Steph + Drew running together

Starting A Business: The First Steps

The decision was made, we’re starting a business! What came next was figuring out what the first steps were. If you’re reading this, likely you are considering starting a business yourself, congratulations, that’s the biggest step, pointing you in the direction you want to go!


We knew that there were a ton of tasks that we could get to work on, but we still didn’t know where to start. The one thing that was apparent to us was the fact that it was going to cost money before we would make any. Since we had been in school for pretty much our entire lives, we didn’t have the cash to bootstrap it ourselves. We’d need some form of financing to help get the ball rolling. Putting together a document with our projected start-up costs seemed like the best place to start. We needed to see what we were getting ourselves into.

This step was actually pretty straight forward: sit down and spit out as many expenses and costs that come to mind. Once we had a mega list of fees, expenses, equipment, and more, we threw it all into a spreadsheet. Once we finished that, we had our first glimpse of what kind of financial support we would need.


Before we move on, I want to emphasize an important point. We applied the highest potential cost for a particular expense or piece of equipment. This was important to us for 2 reasons:

1) To see if we needed to reconsider our plan.

2) To bring an accurate figure to lenders.

Underestimating these costs might have made us feel safe at first, however it would have come back to bite us in the you-know-what down the road. I can’t emphasize this enough; be extremely generous with how much you’re going to allocate to particular costs.


Now that we had this starting point, we wanted to get another set of eyes on it for some feedback. We set up a meeting with a faculty member at our school to review what we’ve worked on. The following meeting would save us a lot of work and headache down the road.

He started the meeting by telling us that his role here was to be straight with us. He wasn’t going to sugar coat anything because keeping yourself comfortable will hurt in the long run. After hearing what he had to say about our plan and projected costs, essentially his feedback was, “what in the world are you guys thinking!?!”, and recommended that if this was the route we were going down, that his advice would be to stop…


If you were to look at our original cost projections, you’d quickly realize that this would be the most luxurious healthcare clinic you would ever step foot in. No expense spared. Top of the line treatment and office equipment. Requiring the largest loan we could likely obtain. While we did our research on certain costs, there were definitely a few that need revision and re-evaluation.

Don’t get me wrong, I’d love to practice in the clinic that we dreamt up there. And I’m confident that someday we will. However given our current financial situation, we needed to be a bit more realistic. Based on what we initially had laid out, the business wasn’t profitable until sometime in the third year of operations, which certainly wouldn’t look enticing for lenders. He recommended that we review this again and find compromise where expense can be saved or reallocated.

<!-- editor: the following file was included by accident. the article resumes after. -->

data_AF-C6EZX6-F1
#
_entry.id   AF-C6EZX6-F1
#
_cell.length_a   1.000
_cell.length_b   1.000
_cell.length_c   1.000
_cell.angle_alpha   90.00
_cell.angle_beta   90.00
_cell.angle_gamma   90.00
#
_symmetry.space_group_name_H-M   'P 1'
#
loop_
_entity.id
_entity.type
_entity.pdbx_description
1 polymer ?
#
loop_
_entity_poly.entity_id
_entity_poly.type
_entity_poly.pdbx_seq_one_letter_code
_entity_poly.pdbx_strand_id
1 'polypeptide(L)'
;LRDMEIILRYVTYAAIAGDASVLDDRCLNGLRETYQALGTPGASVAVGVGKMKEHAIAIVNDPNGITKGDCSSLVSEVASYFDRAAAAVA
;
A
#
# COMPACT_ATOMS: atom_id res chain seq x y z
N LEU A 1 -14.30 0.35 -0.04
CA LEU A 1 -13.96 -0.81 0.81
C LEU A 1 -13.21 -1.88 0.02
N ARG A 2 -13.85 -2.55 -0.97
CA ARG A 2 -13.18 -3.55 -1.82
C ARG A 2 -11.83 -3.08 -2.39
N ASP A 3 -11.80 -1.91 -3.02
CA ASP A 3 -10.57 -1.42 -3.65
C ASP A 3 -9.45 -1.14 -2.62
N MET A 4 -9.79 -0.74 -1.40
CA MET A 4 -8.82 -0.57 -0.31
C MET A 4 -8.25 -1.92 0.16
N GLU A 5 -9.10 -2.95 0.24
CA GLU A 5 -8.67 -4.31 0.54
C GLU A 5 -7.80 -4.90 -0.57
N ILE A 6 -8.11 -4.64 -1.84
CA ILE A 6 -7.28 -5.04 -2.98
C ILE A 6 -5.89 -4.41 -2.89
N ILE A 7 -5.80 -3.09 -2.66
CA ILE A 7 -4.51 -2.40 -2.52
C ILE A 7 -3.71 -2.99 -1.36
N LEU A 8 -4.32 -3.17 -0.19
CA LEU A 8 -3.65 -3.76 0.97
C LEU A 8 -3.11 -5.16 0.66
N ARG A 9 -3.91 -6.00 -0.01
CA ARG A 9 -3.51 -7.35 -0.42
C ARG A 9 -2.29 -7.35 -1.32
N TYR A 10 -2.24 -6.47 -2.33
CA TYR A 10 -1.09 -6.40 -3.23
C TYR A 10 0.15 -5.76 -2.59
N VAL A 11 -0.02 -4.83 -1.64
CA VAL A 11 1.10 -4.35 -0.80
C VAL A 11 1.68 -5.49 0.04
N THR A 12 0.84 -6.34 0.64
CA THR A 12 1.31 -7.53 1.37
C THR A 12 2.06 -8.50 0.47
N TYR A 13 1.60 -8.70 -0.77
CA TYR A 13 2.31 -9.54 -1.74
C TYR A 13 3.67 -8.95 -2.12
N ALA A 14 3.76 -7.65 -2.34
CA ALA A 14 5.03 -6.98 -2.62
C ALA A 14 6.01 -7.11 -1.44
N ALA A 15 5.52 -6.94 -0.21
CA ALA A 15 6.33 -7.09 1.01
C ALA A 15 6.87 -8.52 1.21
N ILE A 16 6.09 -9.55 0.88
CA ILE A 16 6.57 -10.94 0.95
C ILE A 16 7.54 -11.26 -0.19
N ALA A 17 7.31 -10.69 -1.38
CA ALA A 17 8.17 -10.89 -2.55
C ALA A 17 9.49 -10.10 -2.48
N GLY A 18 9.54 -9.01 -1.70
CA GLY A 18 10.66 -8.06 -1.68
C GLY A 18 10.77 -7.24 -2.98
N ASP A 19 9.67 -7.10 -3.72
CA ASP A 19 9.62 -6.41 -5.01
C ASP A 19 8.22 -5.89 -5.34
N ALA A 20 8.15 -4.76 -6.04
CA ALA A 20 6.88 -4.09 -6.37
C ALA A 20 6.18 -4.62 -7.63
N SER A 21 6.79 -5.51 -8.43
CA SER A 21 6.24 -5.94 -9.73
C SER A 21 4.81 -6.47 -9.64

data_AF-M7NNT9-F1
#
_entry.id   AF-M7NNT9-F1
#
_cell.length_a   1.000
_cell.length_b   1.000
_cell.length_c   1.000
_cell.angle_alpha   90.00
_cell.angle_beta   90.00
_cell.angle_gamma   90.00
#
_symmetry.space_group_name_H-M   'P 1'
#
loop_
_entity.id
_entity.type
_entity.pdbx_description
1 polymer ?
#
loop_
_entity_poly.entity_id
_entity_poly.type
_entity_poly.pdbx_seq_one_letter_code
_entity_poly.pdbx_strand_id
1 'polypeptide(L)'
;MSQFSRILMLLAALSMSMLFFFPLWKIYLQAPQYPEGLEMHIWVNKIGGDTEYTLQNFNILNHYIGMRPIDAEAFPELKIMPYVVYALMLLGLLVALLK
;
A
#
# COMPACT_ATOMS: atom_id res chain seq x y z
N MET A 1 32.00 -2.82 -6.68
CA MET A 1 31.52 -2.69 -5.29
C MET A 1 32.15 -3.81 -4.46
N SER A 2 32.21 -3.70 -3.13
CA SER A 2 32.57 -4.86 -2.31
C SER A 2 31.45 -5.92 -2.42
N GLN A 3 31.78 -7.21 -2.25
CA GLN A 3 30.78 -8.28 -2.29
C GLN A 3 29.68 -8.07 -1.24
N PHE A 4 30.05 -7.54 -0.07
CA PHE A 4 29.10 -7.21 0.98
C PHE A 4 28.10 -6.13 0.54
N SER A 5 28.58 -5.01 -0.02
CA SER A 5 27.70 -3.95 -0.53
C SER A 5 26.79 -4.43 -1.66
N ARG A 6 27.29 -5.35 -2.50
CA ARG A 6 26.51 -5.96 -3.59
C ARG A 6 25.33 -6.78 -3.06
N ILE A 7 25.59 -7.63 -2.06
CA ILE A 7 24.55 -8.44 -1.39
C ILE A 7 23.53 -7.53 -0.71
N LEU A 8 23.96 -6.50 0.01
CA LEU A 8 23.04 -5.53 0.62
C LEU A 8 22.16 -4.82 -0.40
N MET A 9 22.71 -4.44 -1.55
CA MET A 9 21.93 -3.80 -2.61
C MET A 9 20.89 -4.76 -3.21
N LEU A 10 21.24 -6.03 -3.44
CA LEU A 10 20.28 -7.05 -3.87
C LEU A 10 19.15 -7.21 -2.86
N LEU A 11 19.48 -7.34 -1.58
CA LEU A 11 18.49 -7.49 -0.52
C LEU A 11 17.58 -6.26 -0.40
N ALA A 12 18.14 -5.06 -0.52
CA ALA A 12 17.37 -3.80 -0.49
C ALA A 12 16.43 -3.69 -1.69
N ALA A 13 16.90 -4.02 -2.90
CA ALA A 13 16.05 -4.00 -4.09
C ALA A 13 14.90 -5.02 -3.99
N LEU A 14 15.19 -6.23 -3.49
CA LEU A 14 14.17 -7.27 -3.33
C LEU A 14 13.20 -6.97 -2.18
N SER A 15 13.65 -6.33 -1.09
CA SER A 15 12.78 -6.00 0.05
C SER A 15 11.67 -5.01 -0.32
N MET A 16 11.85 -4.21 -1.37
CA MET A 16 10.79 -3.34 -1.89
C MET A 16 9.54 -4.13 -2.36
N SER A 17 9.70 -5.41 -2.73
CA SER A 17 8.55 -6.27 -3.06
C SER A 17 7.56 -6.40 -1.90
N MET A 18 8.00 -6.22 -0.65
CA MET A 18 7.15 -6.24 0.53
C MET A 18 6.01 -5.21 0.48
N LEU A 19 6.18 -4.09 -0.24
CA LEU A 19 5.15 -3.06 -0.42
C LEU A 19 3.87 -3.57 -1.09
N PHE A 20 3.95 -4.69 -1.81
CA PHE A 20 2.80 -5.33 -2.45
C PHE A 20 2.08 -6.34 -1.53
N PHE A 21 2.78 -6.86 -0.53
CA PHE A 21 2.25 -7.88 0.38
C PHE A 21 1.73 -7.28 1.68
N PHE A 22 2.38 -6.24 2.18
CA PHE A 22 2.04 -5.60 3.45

We left feeling slightly discouraged, but that didn’t last long as we quickly realized that this was good news.

It was going to cost us FAR less than we thought, while still being able to deliver a clinic with excellent care!

We went back to the drawing board and were more realistic in what would be a reasonable cost to allocate to particular items. Again, we didn’t underestimate anything, we were just more practical. We got back to him with the updated start-up costs and he was much more optimistic about the prospect. Hooray!

Click to see our projected start-up costs.


So what we learned, when you’re working on your own start-up costs, be both realistic and practical. Believe it or not, your business isn’t Facebook or Google, you don’t need a $3500 iMac rather a mid-level $600 laptop will do. You don’t need 4 $5000 treatment tables. Instead, ask around to see if there are any clinics selling any tables in good shape. There are other options to keep costs low.

We also took away the value of leaning on others for support. You may be surprised how willing and able people are to helping you out. Just make sure that you come prepared because no one wants to hold your hand and do everything for you. To reciprocate the favour, find areas where you can provide value to others, this is how you build a network of colleagues that can depend on each other.


Don’t lose sight of what you’re delivering! If you’re a good practitioner and an even better person, your patients won’t care that you don’t have gold plated waiting room chairs. They are there for Y-O-U.

Allow yourself to feel uncomfortable and ask for help where needed. Don’t take things on blindly because you’re too proud to simply ask. We are very thankful for all of the expertise and advice we have received thus far and we know it’s a major factor that’s gotten us to where we are today.

Starting a business is not an easy task and there is no path laid out for you. If there were, more people would be doing it! The good news is, there are people and resources out there to help you find your way. Our goal with Partners in Practice is to share our experiences so that others can learn from them and apply them in their own entrepreneurial journey.